Stories have a habit of mushrooming and expanding out, which one article can’t handle. The follow-up article continues the story. A follow-up article should follow on from the first story logically. But, sometimes, it’s a different story about the same group and people.
I haven’t done an extensive study on “narrative”, but a narrative is different to an outline or a sketch of events. One of my articles sketches or outlines someone’s career and vocation path, but I wouldn’t call it a narrative. A narrative would have embellished the sketch or outline by providing those things we call color, dialogue, what the person was thinking, the in-depth stuff of the soul condition on the journey, or however one frames the facts with flesh and blood. Narrative must go beyond the confines of a sketch or outline of events. It must substantiate it as much as the “narrator” knows.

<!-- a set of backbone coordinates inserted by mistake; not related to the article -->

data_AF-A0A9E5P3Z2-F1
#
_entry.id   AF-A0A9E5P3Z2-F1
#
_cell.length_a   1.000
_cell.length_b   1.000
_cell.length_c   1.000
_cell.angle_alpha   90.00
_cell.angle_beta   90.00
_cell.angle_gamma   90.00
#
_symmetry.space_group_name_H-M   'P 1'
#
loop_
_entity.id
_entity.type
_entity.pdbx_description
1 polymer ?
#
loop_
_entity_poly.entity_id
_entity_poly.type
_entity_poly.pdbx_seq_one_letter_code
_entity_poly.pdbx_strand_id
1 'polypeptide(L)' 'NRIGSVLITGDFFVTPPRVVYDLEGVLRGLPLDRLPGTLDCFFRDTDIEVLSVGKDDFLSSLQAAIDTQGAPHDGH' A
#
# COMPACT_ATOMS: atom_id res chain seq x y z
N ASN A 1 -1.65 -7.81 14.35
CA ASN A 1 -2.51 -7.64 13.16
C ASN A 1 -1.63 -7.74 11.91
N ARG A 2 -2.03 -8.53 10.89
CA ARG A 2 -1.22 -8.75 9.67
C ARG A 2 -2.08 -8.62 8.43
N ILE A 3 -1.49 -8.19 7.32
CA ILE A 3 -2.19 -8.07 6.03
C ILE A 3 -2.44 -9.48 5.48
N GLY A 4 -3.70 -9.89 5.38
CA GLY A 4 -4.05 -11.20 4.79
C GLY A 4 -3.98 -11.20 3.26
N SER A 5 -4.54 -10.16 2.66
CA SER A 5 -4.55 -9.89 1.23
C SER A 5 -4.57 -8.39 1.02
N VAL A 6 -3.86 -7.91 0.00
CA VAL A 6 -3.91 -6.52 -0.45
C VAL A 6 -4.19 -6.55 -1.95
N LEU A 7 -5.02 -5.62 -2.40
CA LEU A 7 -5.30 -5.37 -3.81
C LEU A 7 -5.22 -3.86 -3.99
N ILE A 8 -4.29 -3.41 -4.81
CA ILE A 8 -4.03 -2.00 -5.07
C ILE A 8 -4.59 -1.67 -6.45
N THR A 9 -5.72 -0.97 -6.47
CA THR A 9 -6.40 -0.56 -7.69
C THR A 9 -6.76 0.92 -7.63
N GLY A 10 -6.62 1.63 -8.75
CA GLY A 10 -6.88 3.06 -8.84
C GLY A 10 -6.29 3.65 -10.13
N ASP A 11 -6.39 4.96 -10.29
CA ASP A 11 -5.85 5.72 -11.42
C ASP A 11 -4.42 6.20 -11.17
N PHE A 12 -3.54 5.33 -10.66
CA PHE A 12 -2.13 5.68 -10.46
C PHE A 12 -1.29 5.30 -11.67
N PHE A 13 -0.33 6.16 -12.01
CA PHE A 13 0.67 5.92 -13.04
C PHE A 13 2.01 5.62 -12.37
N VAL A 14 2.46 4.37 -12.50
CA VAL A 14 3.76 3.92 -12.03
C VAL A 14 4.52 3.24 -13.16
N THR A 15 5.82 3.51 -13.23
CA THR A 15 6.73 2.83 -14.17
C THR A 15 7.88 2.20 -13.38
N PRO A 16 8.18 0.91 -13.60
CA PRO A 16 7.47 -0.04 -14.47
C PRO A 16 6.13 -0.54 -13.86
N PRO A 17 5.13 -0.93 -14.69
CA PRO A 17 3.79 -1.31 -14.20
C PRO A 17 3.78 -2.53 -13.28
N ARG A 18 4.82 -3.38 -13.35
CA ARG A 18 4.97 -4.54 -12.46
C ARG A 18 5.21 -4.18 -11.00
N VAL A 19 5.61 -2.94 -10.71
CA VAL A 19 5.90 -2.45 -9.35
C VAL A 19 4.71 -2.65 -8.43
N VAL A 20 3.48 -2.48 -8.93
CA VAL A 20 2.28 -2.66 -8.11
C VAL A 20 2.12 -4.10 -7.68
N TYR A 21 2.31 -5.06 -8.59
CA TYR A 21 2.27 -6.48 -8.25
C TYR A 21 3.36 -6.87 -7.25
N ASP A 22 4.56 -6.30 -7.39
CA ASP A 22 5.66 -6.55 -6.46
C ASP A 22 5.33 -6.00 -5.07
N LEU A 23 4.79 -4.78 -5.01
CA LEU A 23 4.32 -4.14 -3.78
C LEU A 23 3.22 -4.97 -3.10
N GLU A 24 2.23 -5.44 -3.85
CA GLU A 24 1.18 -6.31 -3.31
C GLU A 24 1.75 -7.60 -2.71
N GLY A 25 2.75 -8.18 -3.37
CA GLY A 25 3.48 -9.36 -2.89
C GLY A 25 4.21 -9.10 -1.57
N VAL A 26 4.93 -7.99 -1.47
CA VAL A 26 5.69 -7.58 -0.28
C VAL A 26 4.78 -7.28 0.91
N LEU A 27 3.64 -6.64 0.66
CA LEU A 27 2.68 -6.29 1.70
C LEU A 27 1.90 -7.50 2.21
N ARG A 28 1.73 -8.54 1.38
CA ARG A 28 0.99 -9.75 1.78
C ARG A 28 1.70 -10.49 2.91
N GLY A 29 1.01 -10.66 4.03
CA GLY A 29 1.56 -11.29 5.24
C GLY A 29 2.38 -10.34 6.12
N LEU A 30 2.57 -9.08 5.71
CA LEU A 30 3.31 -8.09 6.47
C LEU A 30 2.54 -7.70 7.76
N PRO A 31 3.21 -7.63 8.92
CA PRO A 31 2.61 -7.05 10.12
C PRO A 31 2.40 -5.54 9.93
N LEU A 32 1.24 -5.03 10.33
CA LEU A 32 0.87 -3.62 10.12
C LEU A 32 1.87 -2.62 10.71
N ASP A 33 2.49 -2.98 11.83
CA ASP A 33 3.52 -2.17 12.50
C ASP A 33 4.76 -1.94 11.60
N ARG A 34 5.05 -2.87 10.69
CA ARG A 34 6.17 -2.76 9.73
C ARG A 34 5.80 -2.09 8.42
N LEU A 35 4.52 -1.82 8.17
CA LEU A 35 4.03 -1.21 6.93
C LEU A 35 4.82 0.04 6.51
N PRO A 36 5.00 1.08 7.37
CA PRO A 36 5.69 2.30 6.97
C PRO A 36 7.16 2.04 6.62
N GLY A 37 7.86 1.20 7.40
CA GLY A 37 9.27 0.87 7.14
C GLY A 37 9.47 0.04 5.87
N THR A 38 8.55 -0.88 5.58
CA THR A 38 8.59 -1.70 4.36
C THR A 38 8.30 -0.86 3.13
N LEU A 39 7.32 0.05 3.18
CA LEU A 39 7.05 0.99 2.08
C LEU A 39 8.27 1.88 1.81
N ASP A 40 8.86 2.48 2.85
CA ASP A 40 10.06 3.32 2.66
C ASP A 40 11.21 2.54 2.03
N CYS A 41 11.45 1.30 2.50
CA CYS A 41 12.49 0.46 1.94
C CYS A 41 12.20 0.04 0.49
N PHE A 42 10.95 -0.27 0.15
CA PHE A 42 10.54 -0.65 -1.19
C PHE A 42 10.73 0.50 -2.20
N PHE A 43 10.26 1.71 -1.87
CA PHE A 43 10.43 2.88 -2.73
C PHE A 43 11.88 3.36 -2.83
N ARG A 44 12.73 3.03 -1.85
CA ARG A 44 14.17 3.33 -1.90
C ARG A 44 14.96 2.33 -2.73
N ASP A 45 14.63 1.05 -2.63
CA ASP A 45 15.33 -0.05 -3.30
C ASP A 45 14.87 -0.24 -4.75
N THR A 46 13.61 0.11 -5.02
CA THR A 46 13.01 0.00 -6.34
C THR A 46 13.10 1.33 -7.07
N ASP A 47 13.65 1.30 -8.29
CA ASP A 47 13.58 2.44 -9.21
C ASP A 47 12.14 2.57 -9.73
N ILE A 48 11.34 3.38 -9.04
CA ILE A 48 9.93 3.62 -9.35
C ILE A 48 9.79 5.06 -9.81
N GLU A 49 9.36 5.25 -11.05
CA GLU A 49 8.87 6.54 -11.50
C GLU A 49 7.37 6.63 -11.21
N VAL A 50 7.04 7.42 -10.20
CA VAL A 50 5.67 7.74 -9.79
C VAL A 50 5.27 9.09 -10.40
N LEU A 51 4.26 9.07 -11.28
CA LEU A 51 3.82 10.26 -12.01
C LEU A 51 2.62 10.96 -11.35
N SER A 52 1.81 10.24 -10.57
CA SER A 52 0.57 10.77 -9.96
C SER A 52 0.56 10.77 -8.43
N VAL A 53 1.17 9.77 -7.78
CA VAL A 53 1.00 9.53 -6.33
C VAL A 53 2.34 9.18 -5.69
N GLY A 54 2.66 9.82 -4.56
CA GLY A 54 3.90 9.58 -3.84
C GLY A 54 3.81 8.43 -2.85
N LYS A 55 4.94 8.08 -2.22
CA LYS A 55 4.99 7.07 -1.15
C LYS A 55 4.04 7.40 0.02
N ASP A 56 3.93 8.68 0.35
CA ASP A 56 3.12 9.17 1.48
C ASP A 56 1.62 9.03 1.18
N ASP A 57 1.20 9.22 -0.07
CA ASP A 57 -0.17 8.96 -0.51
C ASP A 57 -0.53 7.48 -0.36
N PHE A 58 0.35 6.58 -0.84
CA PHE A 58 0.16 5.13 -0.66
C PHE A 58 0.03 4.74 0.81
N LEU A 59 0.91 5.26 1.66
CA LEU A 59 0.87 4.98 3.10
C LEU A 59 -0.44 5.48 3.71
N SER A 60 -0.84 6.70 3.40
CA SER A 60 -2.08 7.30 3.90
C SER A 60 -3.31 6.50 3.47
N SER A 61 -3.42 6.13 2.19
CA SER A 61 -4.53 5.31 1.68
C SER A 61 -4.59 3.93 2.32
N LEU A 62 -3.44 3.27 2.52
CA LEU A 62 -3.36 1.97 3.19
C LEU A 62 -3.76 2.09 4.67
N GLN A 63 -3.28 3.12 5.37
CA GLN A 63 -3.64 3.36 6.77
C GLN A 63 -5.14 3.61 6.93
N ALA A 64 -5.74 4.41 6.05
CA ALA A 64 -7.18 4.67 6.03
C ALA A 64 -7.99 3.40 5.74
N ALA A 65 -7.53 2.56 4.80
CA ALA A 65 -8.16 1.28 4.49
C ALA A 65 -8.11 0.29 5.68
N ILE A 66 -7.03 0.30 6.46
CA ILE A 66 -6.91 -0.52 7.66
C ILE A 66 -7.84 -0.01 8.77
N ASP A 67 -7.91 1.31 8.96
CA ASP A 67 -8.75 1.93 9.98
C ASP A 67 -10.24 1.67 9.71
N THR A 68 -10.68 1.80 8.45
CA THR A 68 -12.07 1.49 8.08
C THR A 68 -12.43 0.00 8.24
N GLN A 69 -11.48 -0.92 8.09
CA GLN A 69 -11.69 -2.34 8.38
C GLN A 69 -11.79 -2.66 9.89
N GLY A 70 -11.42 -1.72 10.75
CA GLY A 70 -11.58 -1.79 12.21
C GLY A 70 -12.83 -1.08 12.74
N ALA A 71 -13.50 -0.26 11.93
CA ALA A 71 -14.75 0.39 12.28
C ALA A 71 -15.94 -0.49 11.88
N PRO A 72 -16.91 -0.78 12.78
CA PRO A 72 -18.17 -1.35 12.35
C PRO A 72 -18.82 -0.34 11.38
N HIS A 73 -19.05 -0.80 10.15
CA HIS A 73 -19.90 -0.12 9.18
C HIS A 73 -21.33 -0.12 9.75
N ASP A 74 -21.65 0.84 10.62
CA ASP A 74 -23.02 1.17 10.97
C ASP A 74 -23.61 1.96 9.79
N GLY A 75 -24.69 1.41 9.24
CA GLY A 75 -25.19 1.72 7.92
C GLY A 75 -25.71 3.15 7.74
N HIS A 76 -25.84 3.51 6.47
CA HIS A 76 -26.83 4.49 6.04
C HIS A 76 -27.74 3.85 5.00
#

Why did I write that, I wonder. In the day, it was okay; I may have believed in it or seen the good. Even now, there’s something that rings true and good about it. But I’m not 100 percent convinced. Is this healthy skepticism? Well, reality is, is that when one reports on something, it isn’t about yourself, but common ground makes it easier to relate. Yet there are always going to be things that I don’t 100 percent go along with for some reason, but must report on. It may that someone’s method doesn’t stack up, I must report on it anyhow. I may have a view on it, but then I don’t offer that view to the reader. I am reporting on what interests the community I am writing for.